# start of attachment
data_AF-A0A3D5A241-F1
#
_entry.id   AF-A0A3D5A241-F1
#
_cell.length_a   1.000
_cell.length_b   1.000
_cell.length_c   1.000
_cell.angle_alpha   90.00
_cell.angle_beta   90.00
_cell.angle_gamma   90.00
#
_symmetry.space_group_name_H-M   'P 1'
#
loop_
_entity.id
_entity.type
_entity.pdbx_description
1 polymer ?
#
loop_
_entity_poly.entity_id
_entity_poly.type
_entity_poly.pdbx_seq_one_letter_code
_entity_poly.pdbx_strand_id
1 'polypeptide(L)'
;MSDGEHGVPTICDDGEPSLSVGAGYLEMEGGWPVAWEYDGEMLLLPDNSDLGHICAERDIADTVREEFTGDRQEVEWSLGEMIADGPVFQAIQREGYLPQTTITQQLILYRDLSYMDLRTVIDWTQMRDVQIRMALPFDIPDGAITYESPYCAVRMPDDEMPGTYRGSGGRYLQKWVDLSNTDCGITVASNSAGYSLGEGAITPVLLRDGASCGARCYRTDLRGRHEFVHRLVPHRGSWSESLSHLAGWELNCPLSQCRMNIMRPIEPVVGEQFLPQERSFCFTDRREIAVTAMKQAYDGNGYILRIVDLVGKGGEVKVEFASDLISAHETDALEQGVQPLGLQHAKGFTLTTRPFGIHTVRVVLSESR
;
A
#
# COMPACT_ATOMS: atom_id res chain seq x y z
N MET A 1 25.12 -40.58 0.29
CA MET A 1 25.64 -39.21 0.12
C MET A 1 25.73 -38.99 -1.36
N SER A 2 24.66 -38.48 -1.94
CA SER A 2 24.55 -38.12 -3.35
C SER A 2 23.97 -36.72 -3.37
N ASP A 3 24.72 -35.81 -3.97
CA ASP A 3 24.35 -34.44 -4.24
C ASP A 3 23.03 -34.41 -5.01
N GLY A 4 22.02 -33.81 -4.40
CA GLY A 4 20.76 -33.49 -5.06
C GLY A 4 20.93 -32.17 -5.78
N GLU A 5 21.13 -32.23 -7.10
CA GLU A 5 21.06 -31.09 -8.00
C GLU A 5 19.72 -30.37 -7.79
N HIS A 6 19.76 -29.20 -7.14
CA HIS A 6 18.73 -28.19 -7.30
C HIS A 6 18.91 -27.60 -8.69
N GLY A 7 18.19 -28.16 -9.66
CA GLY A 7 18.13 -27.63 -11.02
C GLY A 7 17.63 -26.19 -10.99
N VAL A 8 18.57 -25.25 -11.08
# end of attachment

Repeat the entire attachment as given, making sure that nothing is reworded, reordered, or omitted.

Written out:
data_AF-A0A3D5A241-F1
#
_entry.id   AF-A0A3D5A241-F1
#
_cell.length_a   1.000
_cell.length_b   1.000
_cell.length_c   1.000
_cell.angle_alpha   90.00
_cell.angle_beta   90.00
_cell.angle_gamma   90.00
#
_symmetry.space_group_name_H-M   'P 1'
#
loop_
_entity.id
_entity.type
_entity.pdbx_description
1 polymer ?
#
loop_
_entity_poly.entity_id
_entity_poly.type
_entity_poly.pdbx_seq_one_letter_code
_entity_poly.pdbx_strand_id
1 'polypeptide(L)'
;MSDGEHGVPTICDDGEPSLSVGAGYLEMEGGWPVAWEYDGEMLLLPDNSDLGHICAERDIADTVREEFTGDRQEVEWSLGEMIADGPVFQAIQREGYLPQTTITQQLILYRDLSYMDLRTVIDWTQMRDVQIRMALPFDIPDGAITYESPYCAVRMPDDEMPGTYRGSGGRYLQKWVDLSNTDCGITVASNSAGYSLGEGAITPVLLRDGASCGARCYRTDLRGRHEFVHRLVPHRGSWSESLSHLAGWELNCPLSQCRMNIMRPIEPVVGEQFLPQERSFCFTDRREIAVTAMKQAYDGNGYILRIVDLVGKGGEVKVEFASDLISAHETDALEQGVQPLGLQHAKGFTLTTRPFGIHTVRVVLSESR
;
A
#
# COMPACT_ATOMS: atom_id res chain seq x y z
N MET A 1 25.12 -40.58 0.29
CA MET A 1 25.64 -39.21 0.12
C MET A 1 25.73 -38.99 -1.36
N SER A 2 24.66 -38.48 -1.94
CA SER A 2 24.55 -38.12 -3.35
C SER A 2 23.97 -36.72 -3.37
N ASP A 3 24.72 -35.81 -3.97
CA ASP A 3 24.35 -34.44 -4.24
C ASP A 3 23.03 -34.41 -5.01
N GLY A 4 22.02 -33.81 -4.40
CA GLY A 4 20.76 -33.49 -5.06
C GLY A 4 20.93 -32.17 -5.78
N GLU A 5 21.13 -32.23 -7.10
CA GLU A 5 21.06 -31.09 -8.00
C GLU A 5 19.72 -30.37 -7.79
N HIS A 6 19.76 -29.20 -7.14
CA HIS A 6 18.73 -28.19 -7.30
C HIS A 6 18.91 -27.60 -8.69
N GLY A 7 18.19 -28.16 -9.66
CA GLY A 7 18.13 -27.63 -11.02
C GLY A 7 17.63 -26.19 -10.99
N VAL A 8 18.57 -25.25 -11.08